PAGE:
The Big Read Summarizes:
"The young Ged is born—a fated seventh son—on the island of Gont and, by accident, discovers that he possesses an innate talent for magic. Even as an untrained boy he is able to use his nascent powers to save his town from marauders. Soon, though, he goes to study with gentle Ogion the Silent, whom he foolishly fails to appreciate. Sent to complete his studies at the Archmage's school for wizards on the island of Roke, Ged grows increasingly proud, over-confident, and competitive. To display his much-vaunted skills, he rashly attempts a dangerous spell—with dire consequences for Earthsea and himself. Hoping to repair the damage he has caused, the chastened Ged embarks on a series of journeys around Earthsea—and eventually beyond the known world."
"While several fairly recent books have depicted magic education taking place in a school, an earlier tradition is that of the apprentice in magic who worked with an accomplished master in what we might today describe as an individual tutorial situation" - Pat Pinsent (paragraph 1, Apprenticeship in Magic)
Ursula Le Guin's A Wizard of Earthsea, published in 1968, became the first tale (that I know of) in fantasy which possessed a school of magic. Up until this point, magical learning was taking place through apprenticeships (see above quote) instead of formal schooling.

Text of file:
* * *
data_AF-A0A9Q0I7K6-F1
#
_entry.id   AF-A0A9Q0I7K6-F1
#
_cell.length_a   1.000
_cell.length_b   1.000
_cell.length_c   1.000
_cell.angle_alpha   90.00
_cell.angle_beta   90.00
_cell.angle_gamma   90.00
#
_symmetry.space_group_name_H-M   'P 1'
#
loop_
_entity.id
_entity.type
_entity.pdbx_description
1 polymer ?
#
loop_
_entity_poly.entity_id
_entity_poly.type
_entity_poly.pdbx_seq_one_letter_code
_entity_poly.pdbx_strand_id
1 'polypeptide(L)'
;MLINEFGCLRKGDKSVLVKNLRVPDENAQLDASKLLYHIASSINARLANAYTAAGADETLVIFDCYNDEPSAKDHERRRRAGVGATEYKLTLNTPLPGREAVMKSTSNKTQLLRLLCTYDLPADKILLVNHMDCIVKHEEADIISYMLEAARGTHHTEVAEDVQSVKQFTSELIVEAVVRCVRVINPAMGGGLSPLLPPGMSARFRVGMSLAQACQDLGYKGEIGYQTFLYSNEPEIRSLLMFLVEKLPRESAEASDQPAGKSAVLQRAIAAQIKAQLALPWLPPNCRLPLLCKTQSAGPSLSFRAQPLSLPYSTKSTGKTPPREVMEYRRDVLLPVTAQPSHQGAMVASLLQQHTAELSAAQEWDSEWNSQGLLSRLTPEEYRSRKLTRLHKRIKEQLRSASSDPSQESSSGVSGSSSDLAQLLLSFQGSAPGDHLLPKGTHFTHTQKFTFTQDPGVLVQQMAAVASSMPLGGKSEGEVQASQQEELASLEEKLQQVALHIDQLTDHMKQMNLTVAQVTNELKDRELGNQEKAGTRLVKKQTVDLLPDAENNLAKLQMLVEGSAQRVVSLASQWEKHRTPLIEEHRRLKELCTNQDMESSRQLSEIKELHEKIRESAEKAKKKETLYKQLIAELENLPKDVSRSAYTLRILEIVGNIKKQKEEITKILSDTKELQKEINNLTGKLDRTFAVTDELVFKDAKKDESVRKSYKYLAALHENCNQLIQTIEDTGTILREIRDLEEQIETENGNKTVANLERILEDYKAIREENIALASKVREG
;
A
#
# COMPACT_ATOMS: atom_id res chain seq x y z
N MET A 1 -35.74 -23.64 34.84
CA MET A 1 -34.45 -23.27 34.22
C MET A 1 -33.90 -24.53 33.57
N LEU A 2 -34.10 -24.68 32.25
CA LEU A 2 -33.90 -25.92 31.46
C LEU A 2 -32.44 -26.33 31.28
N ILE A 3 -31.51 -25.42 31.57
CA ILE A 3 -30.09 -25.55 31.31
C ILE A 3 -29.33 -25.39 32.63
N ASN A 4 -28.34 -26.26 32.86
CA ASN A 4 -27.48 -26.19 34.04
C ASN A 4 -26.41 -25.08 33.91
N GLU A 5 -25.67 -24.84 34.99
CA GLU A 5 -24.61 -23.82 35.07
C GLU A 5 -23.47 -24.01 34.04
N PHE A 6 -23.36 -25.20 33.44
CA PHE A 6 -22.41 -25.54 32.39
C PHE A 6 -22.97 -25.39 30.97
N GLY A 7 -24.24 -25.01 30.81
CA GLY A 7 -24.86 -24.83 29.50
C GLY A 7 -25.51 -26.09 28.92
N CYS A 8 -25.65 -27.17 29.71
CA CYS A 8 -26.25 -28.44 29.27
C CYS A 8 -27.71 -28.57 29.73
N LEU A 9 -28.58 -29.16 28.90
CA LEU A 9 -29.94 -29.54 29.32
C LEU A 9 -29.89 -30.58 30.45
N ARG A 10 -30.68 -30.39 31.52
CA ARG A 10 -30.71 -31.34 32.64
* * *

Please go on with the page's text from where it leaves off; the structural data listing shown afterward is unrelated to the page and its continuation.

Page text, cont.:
The cool part, though, is that Le Guin first utilizes an individual mentor for Ged: Ogion..
"if he prove apt I will keep him as a prentice" (18-19)
...which doesn't seem to work out, since Ged ends up at the magic school anyway.
It would seem that while apprenticeships can teach a young witch or wizard a lot, the benefits of organized education institutions lend something that cannot be gained through individual mentoring: magical authority institutions, and a standard way of learning magic.
"...for they being sorcerers studied now with the Master Patterner in the secrecy of the Immanent Grove, where no prentice might set foot. Ged stayed in the Great House, working with the Masters at all the skills practiced by sorcerers, those who work magic but carry no staff..." (Le Guin 71)
This section of the text may seem dry, but it has a plethora of information in it about the way that magic is taught. The rules about prentice's prohibited from the Immanent Grove may indicate that they are learning magic reserved for more advanced students, like our world's version of advanced calculus.
The Great House that Ged is staying in could indicate that the novices are kept away, possibly for their own safety in their limited knowledge of the magical arts...
Either way, magic in the world of Earthsea is controlled by authority figures: The Masters.
Pretty different from Mickey's apprentice experience in Fantasia, huh?
Why?!?! - An Author's note
For a final project in Fantasy Fiction (check out sf@sf- its a great resource for everything fantasy and sci-fi) I decided to do a timeline. But I couldn't do any ordinary timeline, right? I mean, that would be entirely too easy.
So for your pleasure, and my pain, this is a timeline showing the progression of magical education since A Wizard of Earthsea was published in 1968-- to see if apprenticeships have died in the wake of the magic school phenomenon... or if they're coming back. Or even more interesting, if they never left in the first place.
And even though this is for a class, I plan on working on it for.. well, forever. So any and all feedback is welcome, and appreciated.
Enjoy the journey through time, my weary travelers. Because here... we... go!